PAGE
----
Diabetes drug to correct metabolic abnormalities


Friday, 22 July, 2022


Diabetes drug to correct metabolic abnormalities

Type 2 diabetes is a major public health problem that affects millions of people worldwide, so developing new drugs to help better treat its underlying causes is something of a priority. An international team of scientists has now developed a peptide known as PATAS, part of a new class of antidiabetic drugs, which can correct the metabolic abnormalities leading to type 2 diabetes and its associated comorbidities — including insulin resistance.

The prevalence of type 2 diabetes, which is characterised by high levels of glucose in the blood, has been increasing for decades due to population aging, inactivity and poor diet. Available drugs treat the consequences of type 2 diabetes by focusing mainly on lowering blood glucose, but they do not target the underlying biological mechanism that causes the disease. Furthermore, despite the need for new and more effective treatments, there have been no disruptive therapeutic innovations to reach market in over a decade.

This is the objective of the research led by Vincent Marion, from the French National Institute of Health and Medical Research (Inserm), and his team at the University of Strasbourg. In collaboration with the University of Birmingham and Monash University, the scientists developed a product called PATAS in a new class of diabetes drugs called “Adipeutics”. PATAS works by specifically targeting the adipocytes (fat cells), restoring glucose entry and thus correcting and re-establishing the metabolic physiology of the adipose tissue.

The role of adipocytes

In previous research, published in 2020, the research team had identified a new therapeutic target for type 2 diabetes when investigating an ultra-rare monogenic disease known as Alström syndrome. They showed that adipose tissue abnormalities caused by a dysfunctional protein called ALMS1 led to extremely severe insulin resistance associated with early-onset type 2 diabetes in people with Alström syndrome. In animal models, restoring the function of this protein within the adipocytes re-established blood glucose balance.

The researchers then went on to focus more closely on ALMS1 and how it interacts with other proteins within the adipocytes. In particular, they have shown that in the absence of insulin, ALMS1 binds to another protein called PKC alpha. The activation of insulin in the adipocytes induces the separation of ALMS1 and PKC alpha, resulting in glucose entry into cells. In people with diabetes, who are insulin-resistant, this link between the two proteins is maintained.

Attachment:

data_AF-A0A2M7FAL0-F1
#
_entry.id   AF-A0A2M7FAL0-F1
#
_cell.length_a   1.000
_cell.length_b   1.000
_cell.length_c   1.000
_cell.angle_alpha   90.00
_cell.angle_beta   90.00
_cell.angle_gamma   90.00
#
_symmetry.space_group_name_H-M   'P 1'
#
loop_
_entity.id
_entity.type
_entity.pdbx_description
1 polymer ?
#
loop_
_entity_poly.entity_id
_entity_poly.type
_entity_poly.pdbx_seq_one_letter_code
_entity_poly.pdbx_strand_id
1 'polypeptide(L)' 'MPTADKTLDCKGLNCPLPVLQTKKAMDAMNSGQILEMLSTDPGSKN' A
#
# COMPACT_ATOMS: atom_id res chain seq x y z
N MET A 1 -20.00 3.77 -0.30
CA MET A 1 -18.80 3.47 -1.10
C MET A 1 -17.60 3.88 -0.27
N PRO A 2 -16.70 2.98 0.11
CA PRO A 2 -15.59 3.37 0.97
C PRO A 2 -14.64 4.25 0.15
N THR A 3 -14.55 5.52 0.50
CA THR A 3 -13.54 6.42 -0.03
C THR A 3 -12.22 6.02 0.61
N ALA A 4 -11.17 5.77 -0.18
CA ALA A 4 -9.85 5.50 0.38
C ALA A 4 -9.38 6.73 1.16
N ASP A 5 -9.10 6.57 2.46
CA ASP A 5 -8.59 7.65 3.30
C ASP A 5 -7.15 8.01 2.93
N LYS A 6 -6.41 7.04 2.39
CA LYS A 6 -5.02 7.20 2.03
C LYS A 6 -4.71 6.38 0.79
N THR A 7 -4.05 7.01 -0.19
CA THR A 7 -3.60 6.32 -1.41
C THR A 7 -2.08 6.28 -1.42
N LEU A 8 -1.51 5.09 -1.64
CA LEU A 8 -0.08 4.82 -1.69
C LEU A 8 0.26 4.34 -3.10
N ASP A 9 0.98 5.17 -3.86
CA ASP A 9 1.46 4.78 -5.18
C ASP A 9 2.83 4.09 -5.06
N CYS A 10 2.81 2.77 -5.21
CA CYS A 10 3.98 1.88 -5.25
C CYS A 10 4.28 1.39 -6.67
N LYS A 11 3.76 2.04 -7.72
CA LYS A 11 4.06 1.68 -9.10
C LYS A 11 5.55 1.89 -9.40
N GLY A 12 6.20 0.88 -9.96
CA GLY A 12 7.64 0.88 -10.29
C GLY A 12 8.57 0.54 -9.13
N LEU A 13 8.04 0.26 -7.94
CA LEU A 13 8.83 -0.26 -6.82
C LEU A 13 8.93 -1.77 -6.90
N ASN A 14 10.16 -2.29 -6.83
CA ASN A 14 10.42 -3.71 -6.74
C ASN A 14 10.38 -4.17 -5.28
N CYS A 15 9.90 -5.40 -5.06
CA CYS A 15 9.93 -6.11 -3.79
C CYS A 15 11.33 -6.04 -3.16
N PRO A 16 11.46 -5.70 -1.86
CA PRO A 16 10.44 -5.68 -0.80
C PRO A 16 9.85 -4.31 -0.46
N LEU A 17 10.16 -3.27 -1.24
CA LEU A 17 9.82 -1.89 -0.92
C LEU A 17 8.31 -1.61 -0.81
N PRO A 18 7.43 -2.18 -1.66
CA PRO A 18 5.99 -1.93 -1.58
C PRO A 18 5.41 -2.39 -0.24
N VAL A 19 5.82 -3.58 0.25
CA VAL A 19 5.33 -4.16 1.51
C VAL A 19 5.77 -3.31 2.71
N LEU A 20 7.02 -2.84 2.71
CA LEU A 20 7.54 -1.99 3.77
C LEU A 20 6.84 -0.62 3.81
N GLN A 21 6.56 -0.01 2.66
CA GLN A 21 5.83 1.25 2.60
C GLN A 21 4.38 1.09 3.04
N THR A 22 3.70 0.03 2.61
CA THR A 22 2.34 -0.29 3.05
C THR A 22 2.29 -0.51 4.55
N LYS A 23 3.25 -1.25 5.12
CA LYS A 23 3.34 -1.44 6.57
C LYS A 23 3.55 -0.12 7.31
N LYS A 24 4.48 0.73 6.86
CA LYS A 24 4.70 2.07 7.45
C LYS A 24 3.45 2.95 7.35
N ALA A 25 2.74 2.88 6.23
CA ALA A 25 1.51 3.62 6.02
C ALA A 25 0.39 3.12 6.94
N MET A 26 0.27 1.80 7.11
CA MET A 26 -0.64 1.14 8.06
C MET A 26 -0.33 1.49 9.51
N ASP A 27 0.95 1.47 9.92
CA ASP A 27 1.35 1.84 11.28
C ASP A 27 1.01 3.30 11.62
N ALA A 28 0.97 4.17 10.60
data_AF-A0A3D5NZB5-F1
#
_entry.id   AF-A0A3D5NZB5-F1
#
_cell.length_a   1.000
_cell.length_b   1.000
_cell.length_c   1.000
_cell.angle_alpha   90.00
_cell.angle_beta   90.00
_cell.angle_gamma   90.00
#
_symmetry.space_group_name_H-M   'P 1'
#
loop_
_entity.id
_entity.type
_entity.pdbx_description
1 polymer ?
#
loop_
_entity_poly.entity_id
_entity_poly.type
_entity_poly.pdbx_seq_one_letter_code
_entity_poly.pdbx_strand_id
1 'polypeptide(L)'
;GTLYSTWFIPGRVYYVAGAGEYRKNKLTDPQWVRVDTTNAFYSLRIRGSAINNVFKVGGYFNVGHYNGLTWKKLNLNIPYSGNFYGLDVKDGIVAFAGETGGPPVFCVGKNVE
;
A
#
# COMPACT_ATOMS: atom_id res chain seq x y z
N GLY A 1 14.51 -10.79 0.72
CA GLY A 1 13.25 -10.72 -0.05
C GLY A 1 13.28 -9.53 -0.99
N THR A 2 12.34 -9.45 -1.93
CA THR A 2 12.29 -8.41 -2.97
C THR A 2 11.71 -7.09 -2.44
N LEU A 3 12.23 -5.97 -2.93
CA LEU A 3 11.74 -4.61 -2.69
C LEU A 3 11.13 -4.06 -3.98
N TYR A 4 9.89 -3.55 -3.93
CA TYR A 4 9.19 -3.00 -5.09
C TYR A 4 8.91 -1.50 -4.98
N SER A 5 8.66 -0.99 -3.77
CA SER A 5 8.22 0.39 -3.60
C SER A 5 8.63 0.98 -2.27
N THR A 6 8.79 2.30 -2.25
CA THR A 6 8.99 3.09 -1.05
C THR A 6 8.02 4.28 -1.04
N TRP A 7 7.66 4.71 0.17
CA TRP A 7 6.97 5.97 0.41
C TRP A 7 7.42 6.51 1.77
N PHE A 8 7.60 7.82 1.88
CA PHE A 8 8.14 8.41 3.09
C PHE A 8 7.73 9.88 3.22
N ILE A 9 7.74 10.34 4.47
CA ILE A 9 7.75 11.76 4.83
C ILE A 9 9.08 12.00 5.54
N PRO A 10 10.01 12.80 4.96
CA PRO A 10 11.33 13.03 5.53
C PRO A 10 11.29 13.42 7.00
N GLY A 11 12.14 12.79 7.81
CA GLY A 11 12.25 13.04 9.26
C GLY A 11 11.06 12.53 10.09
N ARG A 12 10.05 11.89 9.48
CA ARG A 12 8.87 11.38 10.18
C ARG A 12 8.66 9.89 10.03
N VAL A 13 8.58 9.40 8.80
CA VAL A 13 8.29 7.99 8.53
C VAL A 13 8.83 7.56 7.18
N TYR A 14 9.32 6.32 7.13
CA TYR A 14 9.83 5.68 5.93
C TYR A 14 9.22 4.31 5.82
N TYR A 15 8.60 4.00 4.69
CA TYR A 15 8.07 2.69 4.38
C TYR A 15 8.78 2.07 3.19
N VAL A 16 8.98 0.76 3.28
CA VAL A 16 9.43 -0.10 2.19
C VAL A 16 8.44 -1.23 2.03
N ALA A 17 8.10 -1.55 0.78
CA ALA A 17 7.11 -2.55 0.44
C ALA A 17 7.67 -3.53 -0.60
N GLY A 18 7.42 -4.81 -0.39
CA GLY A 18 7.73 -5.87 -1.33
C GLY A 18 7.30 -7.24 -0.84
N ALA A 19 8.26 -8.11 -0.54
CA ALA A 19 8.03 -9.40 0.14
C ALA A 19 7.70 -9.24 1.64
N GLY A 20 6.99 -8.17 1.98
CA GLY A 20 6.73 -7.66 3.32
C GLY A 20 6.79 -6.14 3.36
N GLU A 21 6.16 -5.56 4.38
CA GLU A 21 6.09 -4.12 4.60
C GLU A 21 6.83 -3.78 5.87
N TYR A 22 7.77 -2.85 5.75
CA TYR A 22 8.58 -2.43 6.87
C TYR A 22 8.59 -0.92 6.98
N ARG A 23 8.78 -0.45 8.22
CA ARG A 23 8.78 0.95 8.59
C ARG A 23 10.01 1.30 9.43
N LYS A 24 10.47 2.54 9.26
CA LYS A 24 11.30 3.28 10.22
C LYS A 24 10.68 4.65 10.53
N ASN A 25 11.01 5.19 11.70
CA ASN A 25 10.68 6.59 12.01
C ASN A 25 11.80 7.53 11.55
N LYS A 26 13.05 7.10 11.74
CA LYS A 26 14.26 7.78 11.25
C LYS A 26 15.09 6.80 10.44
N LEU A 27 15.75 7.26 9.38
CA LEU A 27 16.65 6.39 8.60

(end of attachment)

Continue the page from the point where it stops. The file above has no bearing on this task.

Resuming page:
Drawing on this knowledge, the scientists developed the peptide PATAS, which works by breaking the interaction between ALMS1 and PKC alpha — thus restoring insulin signalling in the adipocytes. Their latest study, conducted on animal models and published in the journal Diabetes, confirms that PATAS restores glucose uptake in the adipocytes, resulting in the treatment of insulin resistance with beneficial effects on the whole body.

“Thanks to PATAS, the adipocytes that could no longer access glucose were once again able to absorb it and then metabolise it in order to synthesise and secrete lipids which are beneficial to the entire body,” Marion said. “These positive effects are visible in our animal models, with a marked improvement in insulin resistance. Other parameters and comorbidities are also improved, including better blood glucose control and decreased liver fibrosis and steatosis.”

The successful development of a new class of antidiabetic drugs could have significant implications for public health, not only to treat type 2 diabetes but also many other cardio-metabolic disorders in which dysfunctional adipocytes and insulin resistance are problematic. And with promising results in animals, the researchers plan on organising a clinical trial as soon as possible, in order to test PATAS in humans.

Image caption: Mouse visceral adipose tissue fluorescently labelled; nuclei coloured blue. Image courtesy Vincent Marion.

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